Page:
Technique and (many) fiddlers

November 13, 2006 at 03:24 AM · I've been a classical player/teacher for 45 yrs.,and in the last 5, have become a very good by-ear fiddler. I use & teach my same playing position and especially my bow grip/bow control skills. I see & hear a lot of fiddlers who sound great, but who use anything but conventional technique. Think Jay Ungar's lush tone and vibrato. He plays with his wrist bent partway up and his thumb way up on the left. I've heard him tell people not to copy his way of making vibrato. I've arrived at a philosophy that hinges on a willing suspension of old beliefs. For fiddle novices I advise basically conventional tech., because we know it works. For experienced players, I advise they make changes that will get them to how they want to sound. I'm comfortable with my train of thought about this, but I'd still be interested in others' opinions about why we are as adamant in the classical world as we seem to be, and how it is that those who differ so radically can sound wonderful.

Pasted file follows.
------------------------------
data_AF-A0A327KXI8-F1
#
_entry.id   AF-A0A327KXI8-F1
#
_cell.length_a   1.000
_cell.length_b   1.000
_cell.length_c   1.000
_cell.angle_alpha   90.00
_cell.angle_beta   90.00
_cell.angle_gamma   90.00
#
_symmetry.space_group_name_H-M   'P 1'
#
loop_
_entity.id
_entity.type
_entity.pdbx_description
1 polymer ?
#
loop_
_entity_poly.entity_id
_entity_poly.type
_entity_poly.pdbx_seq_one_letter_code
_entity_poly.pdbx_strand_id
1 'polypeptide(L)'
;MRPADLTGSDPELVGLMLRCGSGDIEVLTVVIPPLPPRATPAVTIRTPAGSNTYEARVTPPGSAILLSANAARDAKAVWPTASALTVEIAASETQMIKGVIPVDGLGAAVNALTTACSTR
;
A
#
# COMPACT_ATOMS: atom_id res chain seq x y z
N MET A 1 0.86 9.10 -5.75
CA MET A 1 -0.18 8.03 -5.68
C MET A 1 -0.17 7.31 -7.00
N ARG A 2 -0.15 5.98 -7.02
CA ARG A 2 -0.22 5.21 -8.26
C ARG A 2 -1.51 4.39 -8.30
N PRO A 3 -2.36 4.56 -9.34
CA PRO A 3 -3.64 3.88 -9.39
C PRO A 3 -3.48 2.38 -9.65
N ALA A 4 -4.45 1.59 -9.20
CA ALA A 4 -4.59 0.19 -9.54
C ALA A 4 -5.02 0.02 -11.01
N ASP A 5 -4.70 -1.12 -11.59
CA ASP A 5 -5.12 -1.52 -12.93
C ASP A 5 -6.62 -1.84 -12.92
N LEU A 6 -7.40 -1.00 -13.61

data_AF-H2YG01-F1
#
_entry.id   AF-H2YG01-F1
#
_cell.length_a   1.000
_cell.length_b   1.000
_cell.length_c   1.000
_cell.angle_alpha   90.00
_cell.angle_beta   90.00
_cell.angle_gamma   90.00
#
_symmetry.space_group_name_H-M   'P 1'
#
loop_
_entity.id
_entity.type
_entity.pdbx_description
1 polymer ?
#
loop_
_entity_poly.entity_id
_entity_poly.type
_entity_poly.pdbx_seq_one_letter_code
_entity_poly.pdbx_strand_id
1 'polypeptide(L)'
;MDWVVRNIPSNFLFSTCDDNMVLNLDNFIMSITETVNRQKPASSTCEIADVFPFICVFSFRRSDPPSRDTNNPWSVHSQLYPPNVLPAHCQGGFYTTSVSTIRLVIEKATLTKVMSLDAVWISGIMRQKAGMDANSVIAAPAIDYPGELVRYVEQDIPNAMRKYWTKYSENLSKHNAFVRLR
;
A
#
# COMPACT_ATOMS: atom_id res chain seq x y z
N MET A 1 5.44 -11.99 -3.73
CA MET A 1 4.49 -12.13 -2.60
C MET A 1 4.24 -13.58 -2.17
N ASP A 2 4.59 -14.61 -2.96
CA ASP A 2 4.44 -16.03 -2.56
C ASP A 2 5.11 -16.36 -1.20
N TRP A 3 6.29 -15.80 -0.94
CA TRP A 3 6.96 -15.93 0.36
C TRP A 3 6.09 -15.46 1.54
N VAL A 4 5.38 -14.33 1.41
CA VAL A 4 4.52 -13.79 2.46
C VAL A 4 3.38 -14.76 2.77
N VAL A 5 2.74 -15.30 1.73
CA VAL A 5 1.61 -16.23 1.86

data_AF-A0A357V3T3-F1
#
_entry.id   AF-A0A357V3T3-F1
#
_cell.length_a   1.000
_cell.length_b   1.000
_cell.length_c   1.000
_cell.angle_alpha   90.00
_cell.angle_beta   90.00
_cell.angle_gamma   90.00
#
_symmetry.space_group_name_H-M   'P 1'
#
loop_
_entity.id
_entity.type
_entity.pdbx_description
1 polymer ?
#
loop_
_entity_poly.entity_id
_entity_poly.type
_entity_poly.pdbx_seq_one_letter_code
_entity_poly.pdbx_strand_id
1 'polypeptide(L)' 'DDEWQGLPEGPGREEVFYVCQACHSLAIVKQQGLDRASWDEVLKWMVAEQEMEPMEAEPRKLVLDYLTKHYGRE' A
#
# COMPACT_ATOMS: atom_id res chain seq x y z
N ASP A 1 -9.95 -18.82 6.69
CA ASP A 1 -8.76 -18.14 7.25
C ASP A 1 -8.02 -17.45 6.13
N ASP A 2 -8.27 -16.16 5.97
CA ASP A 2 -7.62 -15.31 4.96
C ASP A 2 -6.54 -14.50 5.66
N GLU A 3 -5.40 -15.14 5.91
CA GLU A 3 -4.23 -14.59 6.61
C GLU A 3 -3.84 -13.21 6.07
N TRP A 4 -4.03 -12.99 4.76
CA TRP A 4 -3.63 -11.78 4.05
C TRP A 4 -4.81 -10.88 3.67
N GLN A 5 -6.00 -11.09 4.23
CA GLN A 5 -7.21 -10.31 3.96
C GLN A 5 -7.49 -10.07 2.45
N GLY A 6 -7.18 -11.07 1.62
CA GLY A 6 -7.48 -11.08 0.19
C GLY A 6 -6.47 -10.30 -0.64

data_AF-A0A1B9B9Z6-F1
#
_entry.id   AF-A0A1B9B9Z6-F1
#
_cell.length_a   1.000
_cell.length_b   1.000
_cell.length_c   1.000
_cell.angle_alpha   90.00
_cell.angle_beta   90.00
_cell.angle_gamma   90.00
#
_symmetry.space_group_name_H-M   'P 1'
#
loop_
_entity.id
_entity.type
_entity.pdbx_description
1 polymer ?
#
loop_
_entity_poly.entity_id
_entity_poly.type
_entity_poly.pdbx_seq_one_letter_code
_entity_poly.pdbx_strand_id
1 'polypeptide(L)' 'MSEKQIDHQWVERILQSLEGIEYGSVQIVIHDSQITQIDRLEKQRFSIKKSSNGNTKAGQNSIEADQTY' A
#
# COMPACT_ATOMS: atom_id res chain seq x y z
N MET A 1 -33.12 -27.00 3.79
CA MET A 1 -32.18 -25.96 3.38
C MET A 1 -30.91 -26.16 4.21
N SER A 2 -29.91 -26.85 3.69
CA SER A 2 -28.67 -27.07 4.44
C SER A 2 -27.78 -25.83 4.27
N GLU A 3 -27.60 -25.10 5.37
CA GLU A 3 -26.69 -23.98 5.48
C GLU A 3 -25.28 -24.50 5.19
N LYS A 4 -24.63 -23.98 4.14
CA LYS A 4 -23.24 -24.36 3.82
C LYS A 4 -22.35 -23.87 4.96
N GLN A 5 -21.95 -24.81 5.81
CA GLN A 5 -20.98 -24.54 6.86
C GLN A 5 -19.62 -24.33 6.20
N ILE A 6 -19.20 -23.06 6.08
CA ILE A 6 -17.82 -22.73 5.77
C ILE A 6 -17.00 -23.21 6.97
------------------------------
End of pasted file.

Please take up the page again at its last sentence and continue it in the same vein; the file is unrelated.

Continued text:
Replies (21)

November 13, 2006 at 03:52 AM · Perspective is where this all begins. Early in the day of vibrato when it was still trendy and poorly understood, whose technique was it that defined classical approaches? And in that even in the classical world there are accepted variations of holding the bow, whose is correct.

I simply know, that the many extremely talented guitar and banjo pickers who are my friends, have not suffered from not having a discipline to ponder over. But that really doesn't take away from classical as much as it underwrites the real origins of music. Nature.